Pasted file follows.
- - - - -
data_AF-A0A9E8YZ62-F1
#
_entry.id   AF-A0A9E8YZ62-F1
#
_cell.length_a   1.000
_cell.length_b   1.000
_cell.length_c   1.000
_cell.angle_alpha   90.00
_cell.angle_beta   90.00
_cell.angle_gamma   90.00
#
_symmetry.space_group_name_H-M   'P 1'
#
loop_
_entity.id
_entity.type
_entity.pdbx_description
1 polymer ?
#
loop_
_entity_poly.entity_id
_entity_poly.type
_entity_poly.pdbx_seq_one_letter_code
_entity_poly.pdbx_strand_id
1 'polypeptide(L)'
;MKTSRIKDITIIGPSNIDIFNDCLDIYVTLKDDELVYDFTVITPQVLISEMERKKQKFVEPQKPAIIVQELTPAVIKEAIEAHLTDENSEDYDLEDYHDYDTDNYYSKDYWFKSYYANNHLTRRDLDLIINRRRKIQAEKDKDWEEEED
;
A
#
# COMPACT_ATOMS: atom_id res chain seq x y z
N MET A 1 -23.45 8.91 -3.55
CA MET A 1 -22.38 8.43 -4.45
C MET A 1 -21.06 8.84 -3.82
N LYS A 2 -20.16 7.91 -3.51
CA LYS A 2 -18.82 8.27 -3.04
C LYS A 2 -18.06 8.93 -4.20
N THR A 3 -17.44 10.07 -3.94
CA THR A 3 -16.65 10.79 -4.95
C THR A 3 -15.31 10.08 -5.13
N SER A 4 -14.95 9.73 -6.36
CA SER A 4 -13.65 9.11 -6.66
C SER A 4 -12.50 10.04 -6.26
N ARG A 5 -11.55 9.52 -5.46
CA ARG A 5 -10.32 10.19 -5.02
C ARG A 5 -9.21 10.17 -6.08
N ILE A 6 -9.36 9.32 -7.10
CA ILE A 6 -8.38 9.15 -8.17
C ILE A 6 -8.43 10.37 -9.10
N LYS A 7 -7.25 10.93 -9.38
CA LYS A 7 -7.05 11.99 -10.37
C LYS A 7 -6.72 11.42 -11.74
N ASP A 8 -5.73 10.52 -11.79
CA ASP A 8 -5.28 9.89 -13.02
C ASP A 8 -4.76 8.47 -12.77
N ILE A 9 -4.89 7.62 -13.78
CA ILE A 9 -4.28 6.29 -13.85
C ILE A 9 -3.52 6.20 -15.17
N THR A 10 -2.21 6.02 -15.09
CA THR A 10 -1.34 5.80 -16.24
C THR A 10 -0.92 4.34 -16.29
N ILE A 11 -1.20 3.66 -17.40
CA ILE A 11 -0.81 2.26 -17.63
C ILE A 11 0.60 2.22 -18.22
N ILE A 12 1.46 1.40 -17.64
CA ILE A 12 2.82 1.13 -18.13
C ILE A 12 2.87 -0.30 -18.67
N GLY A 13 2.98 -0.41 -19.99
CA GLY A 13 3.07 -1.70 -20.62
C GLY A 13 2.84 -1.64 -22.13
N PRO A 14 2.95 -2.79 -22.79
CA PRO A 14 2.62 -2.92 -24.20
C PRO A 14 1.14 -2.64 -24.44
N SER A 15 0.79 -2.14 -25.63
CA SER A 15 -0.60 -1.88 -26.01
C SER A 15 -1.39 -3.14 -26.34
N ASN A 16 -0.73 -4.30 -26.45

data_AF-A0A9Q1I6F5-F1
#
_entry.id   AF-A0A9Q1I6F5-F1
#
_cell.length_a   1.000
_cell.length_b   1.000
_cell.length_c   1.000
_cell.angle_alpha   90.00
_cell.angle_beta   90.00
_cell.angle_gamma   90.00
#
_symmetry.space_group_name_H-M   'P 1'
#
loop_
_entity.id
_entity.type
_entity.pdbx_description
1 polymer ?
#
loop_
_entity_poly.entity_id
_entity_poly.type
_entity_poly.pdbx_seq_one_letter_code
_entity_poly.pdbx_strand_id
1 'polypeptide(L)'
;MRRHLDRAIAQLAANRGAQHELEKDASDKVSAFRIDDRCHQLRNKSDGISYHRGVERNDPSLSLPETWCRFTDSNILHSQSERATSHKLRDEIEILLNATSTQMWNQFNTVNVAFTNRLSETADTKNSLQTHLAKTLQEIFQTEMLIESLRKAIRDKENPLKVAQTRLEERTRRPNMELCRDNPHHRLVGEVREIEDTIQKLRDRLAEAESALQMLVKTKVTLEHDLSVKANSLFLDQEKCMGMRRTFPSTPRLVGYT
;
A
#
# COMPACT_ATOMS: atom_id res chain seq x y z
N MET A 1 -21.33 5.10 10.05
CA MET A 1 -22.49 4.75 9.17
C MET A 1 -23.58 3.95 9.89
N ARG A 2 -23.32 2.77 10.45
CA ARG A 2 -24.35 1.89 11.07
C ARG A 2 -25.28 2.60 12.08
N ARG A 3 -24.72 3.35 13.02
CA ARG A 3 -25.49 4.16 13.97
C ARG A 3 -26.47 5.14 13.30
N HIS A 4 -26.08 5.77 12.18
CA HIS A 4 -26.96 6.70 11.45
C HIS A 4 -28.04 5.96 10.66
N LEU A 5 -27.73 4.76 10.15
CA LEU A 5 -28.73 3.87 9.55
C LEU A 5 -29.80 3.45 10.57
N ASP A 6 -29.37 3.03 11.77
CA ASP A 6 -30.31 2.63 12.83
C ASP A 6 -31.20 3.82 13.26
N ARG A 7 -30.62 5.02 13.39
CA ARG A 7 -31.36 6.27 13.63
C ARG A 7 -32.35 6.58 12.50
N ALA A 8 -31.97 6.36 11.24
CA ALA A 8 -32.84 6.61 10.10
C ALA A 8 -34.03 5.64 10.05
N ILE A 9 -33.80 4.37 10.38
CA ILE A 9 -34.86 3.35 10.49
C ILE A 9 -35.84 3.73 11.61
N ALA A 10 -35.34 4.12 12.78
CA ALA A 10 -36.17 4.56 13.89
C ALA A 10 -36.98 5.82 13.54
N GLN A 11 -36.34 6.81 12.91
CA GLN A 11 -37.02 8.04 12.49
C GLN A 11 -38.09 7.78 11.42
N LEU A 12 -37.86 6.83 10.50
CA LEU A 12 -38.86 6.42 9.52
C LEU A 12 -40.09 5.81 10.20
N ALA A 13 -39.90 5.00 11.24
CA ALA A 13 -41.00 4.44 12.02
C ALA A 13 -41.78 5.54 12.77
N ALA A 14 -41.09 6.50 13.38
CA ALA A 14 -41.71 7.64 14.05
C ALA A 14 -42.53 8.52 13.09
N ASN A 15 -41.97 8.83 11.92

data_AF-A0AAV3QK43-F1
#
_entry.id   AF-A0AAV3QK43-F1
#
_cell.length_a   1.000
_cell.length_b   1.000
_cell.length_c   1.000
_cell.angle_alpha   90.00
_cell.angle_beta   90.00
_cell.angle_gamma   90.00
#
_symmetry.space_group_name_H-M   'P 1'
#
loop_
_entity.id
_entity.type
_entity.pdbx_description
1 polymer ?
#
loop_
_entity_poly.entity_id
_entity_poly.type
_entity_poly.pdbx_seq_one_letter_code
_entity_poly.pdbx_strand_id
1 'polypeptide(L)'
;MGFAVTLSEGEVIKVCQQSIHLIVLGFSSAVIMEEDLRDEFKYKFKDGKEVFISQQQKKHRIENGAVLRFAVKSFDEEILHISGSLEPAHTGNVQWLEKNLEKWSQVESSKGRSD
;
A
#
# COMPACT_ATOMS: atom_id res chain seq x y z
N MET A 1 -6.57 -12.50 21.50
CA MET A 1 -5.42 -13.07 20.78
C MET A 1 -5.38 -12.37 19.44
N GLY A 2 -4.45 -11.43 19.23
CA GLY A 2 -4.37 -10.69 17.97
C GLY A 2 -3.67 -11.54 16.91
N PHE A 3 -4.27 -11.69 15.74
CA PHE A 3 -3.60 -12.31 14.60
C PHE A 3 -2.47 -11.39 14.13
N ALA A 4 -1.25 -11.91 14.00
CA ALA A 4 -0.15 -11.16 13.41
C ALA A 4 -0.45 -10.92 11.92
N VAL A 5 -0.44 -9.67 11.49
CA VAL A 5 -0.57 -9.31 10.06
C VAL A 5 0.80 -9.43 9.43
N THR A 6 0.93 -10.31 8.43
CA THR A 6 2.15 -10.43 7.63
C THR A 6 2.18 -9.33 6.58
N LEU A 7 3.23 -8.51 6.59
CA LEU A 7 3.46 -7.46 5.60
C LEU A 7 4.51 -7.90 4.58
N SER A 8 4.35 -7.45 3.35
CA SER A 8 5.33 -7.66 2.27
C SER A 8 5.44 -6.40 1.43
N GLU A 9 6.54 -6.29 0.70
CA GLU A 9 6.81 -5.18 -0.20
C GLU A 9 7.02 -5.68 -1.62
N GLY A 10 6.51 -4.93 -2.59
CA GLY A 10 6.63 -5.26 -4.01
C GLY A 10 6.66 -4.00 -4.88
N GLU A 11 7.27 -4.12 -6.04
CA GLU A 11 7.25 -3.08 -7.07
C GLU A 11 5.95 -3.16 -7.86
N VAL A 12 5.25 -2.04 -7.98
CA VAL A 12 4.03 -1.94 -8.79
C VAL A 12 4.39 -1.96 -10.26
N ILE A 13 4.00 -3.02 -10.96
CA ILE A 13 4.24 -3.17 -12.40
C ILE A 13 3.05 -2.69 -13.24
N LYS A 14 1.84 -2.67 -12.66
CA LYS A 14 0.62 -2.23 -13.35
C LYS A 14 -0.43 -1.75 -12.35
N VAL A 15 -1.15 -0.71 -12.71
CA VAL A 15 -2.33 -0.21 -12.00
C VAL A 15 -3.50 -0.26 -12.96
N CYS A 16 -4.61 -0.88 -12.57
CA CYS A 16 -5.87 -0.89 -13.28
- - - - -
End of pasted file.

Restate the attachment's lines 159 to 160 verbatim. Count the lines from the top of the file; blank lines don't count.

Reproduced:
_cell.angle_gamma   90.00
#